BDS fail: American scholars reject Israel boycott

Modern Language Association rejects resolution calling for academic boycott of Israel.

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Ben Ariel,

Posters calling to boycott Israel
Posters calling to boycott Israel
Flash 90

The U.S. Modern Language Association on Saturday rejected a resolution calling for an academic boycott of Israel, Haaretz reports.

113 members of the delegate assembly voted against the resolution, with 79 voting in favor.

The vote on the resolution took place during the four-day MLA convention underway in Philadelphia.

Had the resolution passed, it could have dealt a significant blow to Israeli academics and students working in departments of language, literature, and related fields across the U.S., as well as to collaborations and research involving Israeli academic institutions.

The resolution was proposed by a group called MLA Members for Justice in Palestine, according to Haaretz.

In addition to rejecting the a boycott against Israel, the 300 members of the MLA's delegate assembly also adopted a resolution to oppose all boycotts, and voted to indefinitely postpone a motion to condemn suppression of academic freedom in Palestinian universities in Gaza and Palestinian Authority-assigned areas of Judea and Samaria.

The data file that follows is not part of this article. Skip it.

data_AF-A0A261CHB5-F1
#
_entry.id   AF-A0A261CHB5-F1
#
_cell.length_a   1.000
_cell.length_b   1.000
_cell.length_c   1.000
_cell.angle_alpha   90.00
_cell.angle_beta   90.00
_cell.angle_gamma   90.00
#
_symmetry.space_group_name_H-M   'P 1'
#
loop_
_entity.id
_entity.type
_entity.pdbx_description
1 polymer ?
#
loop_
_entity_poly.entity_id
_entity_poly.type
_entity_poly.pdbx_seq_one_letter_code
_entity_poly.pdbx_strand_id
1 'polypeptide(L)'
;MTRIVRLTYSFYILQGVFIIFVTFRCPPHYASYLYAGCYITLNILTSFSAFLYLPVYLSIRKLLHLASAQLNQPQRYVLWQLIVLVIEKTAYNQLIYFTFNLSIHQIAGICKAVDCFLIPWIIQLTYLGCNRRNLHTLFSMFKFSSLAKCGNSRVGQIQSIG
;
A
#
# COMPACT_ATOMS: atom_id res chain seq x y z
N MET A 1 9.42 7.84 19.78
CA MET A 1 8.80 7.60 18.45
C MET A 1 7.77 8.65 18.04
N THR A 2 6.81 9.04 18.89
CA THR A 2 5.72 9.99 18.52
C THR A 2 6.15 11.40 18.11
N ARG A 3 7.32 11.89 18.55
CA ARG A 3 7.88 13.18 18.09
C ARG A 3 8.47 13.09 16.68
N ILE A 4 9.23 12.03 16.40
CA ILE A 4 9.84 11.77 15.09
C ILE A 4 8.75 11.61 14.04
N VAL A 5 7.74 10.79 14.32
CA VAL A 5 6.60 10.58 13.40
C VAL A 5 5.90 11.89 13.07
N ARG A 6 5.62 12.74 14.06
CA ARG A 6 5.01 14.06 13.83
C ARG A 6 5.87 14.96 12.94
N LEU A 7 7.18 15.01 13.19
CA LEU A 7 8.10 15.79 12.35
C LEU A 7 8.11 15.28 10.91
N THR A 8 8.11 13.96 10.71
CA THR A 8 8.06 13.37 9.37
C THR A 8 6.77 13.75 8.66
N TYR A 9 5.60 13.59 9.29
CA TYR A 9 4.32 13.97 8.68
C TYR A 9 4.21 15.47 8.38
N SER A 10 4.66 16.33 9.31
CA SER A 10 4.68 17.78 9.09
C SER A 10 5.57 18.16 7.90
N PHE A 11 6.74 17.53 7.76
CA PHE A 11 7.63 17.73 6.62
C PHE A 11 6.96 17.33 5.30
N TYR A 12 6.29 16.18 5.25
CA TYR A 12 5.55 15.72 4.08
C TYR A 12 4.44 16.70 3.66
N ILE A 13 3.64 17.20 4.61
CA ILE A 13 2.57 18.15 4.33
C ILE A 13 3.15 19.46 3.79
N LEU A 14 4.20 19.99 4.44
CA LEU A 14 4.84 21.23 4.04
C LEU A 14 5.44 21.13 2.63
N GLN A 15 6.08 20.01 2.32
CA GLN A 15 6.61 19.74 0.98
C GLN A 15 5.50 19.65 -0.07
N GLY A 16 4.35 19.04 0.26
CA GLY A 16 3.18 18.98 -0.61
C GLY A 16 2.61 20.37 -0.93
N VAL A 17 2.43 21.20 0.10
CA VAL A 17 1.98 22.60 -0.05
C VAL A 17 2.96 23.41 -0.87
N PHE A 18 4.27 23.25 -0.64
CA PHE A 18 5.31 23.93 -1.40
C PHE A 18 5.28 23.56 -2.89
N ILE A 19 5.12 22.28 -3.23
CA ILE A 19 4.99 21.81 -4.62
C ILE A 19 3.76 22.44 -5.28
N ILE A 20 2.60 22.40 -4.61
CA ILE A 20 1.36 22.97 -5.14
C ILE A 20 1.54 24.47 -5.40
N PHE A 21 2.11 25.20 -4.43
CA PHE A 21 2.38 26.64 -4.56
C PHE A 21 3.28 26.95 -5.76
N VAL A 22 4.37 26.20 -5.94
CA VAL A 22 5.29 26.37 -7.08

In recent years there have been several attempts by pro-Palestinian organizations, some of them successful and others not, to impose an academic boycott against Israel.

A year ago, in January of 2016, the American Historical Association (AHA) rejected a resolution condemning Israel’s alleged “restriction of Palestinians right to education”.

The resolution, which was submitted by a group calling itself Historians Against the War, was voted down 111-51 during the association’s annual convention in Atlanta, Georgia.

In November, the American Anthropological Association (AAA) endorsed an academic boycott of Israel, a decision which was blasted by AJC - Global Jewish Advocacy.

In 2013, the American Studies Association (ASA) voted to boycott Israeli institutions. The head of the ASA, Curtis Marez, later admitted to the New York Times that many nations, including many of Israel’s neighbors, have human rights records that are worse than Israel’s but said that “one has to start somewhere.”

The ASA's boycott decision was controversial even among its members. No universities actually came out in support of the boycott and at least four universities subsequently quit the organization in protest of the boycott.